In October 2020, two senior executives at Morgan Stanley left the business after their use of consumer messaging applications resulted in an accusation of a compliance breach.
This is not the first issue caused by an unauthorized use of a consumer messaging application like WhatsApp or WeChat this year. In January 2020, a JP Morgan credit trader was suspended for using a group WhatsApp to communicate with colleagues. The problem isn’t a new one for banks. Deutsche Bank suspended a interest-rate trader in 2016 for asking a counterparty to join a WhatsApp group chat used to discuss interest rates.
Why are banks against messaging?
While mobile phones are banned on trading floors, the exponential rise of messenger applications poses a headache for banks. Conversations on messaging apps like WhatsApp and WeChat, are encrypted, but are not considered safe from a compliance point of view. Interactions can be deleted and phones lost. If an employee leaves, the company-side record of the conversation leaves with the employee. Given increasing regulation, governance and monitoring across the whole financial industry, it is no wonder that often banks simply ban these apps.
Most banks had already embarked on some level of Digital Transformation program but Covid-19 has accelerated the need. Companies are trying diverse ways to reach out and remote manage customer relationships. The banking industry is in a conundrum. How can they reach customers through the apps that they use? While at the same time ensure that these conversations sit within the walls of the bank? Keeping conversations visible to governance, regulatory control and integrated with other business-critical applications ?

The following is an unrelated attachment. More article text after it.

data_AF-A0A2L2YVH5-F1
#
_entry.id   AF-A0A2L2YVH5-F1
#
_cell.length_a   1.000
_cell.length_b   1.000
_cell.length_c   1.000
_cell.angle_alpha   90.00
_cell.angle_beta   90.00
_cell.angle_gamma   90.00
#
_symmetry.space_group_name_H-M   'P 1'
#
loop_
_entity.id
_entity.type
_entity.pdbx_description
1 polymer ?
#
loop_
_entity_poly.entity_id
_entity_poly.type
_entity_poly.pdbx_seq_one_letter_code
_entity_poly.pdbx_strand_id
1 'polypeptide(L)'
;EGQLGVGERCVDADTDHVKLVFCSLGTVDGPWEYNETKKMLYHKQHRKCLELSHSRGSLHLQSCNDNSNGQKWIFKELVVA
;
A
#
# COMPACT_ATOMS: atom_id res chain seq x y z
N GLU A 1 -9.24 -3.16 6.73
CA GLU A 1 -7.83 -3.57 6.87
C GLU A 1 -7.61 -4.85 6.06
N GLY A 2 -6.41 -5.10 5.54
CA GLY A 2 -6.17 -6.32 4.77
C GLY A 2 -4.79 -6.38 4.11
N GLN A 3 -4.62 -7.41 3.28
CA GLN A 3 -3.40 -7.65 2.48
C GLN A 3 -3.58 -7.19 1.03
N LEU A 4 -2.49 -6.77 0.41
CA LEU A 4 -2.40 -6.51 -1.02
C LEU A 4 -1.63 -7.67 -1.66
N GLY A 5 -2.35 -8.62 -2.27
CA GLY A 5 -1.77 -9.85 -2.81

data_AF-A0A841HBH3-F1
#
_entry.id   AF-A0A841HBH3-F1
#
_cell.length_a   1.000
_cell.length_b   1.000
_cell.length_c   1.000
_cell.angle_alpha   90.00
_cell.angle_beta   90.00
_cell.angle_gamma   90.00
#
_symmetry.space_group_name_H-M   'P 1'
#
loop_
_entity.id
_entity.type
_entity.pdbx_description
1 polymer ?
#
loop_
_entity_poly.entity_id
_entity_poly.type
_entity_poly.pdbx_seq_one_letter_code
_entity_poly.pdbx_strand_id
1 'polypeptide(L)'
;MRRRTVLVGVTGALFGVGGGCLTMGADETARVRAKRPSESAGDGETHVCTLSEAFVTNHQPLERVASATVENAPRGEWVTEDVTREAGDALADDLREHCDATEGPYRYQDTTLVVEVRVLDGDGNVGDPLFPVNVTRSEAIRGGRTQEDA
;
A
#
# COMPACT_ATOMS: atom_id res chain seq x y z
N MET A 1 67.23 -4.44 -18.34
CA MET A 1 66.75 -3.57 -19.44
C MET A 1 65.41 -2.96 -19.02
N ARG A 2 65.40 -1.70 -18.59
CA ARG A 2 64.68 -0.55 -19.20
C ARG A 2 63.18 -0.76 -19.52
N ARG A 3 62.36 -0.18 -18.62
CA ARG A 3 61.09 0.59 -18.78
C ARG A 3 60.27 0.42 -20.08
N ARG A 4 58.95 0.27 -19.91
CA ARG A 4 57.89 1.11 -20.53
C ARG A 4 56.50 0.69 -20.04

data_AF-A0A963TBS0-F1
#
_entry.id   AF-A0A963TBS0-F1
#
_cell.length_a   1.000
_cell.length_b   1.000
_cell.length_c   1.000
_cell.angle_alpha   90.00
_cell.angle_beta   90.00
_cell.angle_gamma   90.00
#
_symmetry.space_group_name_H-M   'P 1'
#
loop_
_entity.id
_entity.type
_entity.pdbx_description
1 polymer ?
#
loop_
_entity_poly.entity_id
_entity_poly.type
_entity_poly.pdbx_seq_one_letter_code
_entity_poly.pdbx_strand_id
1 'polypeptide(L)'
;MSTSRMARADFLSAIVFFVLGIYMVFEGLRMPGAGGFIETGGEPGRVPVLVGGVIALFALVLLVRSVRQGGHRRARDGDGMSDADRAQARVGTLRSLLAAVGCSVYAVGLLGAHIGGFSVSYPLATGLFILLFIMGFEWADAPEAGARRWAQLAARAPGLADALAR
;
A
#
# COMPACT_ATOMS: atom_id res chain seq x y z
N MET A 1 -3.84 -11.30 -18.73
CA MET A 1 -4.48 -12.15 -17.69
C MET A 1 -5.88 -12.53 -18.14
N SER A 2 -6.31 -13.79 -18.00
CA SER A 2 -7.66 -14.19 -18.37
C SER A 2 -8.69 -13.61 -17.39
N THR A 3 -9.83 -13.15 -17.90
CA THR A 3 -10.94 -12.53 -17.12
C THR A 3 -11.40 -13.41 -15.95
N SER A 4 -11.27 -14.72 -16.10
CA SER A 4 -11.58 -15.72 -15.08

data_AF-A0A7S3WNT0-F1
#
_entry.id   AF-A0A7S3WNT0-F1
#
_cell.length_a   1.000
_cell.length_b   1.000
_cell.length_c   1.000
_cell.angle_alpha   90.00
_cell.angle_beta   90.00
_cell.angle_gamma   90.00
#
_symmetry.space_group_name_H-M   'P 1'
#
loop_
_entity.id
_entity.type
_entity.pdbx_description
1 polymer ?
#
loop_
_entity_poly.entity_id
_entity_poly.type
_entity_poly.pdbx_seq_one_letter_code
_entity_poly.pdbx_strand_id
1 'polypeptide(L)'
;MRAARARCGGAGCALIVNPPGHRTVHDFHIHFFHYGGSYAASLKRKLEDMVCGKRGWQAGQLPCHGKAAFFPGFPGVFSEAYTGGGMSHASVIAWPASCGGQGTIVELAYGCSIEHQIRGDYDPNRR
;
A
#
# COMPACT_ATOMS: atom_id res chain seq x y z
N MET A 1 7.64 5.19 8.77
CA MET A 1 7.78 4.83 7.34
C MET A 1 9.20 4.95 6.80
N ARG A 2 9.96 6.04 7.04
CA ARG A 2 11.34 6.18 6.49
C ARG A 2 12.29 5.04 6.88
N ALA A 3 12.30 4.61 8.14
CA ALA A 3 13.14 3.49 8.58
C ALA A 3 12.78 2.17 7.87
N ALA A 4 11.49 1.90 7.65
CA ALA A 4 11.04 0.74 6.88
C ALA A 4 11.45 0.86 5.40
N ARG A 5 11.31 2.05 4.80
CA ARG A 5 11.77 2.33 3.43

How can banks digitally embrace messaging apps?
That is what LeapXpert currently delivers to three out of the ten top banks worldwide. Conversations stay within a bank’s control, as LeapXpert’s Federated Messaging Orchestration Platform (FMOP) retains the entire conversation . Employees use LeapXpert to message a client via the messaging apps the client prefers. All sides of the conversation are retained and nothing can be deleted. A bank has a complete view of the interaction. Even if someone deletes a message or the phone or employee are not longer available.
The information in the conversation can be mined using AI and analytics programs. This opens opportunities to provide better experiences to customers. Plus, all the information can be audited for compliance purposes. Limits and permissions can be placed on who can send what information types to whom. If the bank doesn’t want an individual to be able send a voice note or a PDF, then they can’t.
Messaging apps will not go away and in a socially distant world, the ability to communicate easily with customers is increasingly important. Banning their use clearly is not working, so the key is to find a way to navigate this world while maintaining control.
Talk to an expert at LeapXpert to find out how we can help you embrace messaging applications for your organization today.
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